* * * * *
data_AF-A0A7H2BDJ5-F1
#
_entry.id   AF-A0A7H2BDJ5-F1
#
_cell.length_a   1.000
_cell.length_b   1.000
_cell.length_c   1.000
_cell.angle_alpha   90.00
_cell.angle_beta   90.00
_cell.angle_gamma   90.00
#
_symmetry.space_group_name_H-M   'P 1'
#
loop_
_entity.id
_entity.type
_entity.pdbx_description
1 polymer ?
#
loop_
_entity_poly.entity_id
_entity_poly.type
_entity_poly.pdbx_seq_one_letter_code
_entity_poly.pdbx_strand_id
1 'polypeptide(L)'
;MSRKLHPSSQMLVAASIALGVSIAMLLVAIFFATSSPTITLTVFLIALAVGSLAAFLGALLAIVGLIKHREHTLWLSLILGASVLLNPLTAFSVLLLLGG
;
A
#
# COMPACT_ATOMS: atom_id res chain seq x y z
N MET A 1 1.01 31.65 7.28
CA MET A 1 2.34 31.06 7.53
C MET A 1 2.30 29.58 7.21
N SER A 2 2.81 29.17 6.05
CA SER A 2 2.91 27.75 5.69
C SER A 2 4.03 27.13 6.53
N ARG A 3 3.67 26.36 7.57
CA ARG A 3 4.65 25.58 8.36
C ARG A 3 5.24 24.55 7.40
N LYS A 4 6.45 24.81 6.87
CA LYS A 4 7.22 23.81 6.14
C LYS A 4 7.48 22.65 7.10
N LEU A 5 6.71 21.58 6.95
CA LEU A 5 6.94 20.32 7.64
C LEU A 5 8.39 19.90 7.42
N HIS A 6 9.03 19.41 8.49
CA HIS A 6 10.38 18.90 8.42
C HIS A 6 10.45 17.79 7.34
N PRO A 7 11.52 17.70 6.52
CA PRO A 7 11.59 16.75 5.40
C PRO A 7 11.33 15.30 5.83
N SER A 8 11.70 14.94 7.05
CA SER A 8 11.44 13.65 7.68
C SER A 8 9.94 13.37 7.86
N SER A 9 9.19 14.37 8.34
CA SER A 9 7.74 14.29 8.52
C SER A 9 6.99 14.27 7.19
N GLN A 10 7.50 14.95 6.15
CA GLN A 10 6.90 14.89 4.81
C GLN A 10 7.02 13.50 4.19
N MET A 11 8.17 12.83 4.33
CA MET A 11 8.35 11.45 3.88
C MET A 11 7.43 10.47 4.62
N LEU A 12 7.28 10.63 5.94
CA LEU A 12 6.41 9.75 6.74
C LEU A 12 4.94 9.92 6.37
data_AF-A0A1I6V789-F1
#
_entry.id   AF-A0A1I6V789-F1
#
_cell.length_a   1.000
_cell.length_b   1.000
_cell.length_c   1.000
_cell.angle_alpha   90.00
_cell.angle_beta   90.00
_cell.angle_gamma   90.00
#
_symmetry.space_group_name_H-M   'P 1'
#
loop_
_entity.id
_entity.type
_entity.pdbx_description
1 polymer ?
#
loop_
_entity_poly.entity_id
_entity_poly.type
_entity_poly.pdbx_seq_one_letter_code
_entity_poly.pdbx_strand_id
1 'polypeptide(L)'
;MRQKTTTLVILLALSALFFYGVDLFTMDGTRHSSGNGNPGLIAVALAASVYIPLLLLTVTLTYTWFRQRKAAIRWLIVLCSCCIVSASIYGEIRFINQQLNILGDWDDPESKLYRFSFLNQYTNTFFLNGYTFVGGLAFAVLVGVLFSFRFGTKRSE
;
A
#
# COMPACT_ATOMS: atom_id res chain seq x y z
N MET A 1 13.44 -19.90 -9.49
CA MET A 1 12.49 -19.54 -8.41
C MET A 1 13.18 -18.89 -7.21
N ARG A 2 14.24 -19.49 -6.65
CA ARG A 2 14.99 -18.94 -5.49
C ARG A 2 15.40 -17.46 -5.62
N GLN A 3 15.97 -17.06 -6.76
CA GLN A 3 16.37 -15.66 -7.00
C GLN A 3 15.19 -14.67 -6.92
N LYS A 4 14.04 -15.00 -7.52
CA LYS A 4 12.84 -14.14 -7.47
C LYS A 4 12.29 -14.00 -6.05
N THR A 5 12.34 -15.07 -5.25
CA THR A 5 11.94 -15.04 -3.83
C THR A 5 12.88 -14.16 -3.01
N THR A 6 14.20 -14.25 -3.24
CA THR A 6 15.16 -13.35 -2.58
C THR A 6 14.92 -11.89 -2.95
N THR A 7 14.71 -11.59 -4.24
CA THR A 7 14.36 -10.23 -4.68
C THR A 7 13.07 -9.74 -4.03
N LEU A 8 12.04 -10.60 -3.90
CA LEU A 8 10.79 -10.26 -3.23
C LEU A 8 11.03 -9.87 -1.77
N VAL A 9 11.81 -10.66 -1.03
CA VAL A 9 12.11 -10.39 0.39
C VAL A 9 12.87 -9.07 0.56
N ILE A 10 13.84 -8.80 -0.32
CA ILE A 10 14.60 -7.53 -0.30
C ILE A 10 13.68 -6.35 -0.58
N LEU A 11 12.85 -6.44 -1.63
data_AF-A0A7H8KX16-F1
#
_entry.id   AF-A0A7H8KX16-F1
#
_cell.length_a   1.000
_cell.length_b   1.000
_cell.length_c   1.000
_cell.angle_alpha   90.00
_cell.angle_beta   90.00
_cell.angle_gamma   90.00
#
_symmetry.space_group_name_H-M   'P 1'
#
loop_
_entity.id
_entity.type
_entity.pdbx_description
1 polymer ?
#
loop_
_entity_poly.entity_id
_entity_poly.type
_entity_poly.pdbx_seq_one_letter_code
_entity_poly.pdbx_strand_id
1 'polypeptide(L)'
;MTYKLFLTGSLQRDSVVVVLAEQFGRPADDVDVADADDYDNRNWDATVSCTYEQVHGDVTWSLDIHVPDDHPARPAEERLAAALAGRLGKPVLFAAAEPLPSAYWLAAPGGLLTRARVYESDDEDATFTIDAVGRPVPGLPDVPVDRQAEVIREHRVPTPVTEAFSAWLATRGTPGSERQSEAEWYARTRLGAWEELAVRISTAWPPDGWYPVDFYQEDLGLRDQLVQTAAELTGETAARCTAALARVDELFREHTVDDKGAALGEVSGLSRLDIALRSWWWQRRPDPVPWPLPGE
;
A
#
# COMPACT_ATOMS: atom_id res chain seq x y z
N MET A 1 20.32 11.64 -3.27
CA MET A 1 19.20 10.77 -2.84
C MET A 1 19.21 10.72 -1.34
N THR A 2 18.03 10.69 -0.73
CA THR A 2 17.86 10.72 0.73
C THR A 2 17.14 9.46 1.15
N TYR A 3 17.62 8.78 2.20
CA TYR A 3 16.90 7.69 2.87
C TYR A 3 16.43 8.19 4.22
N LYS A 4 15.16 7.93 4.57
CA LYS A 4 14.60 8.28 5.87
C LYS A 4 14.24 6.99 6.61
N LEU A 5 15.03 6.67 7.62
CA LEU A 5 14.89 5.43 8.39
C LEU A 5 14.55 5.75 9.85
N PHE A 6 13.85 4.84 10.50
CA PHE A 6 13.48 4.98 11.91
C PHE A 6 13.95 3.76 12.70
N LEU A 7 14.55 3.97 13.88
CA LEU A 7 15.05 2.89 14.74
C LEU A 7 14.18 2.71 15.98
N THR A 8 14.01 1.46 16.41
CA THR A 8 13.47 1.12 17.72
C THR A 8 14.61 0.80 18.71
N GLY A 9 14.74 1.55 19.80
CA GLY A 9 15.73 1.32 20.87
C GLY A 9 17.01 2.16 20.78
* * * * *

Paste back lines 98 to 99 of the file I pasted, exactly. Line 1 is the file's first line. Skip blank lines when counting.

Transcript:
CA MET A 1 12.49 -19.54 -8.41
C MET A 1 13.18 -18.89 -7.21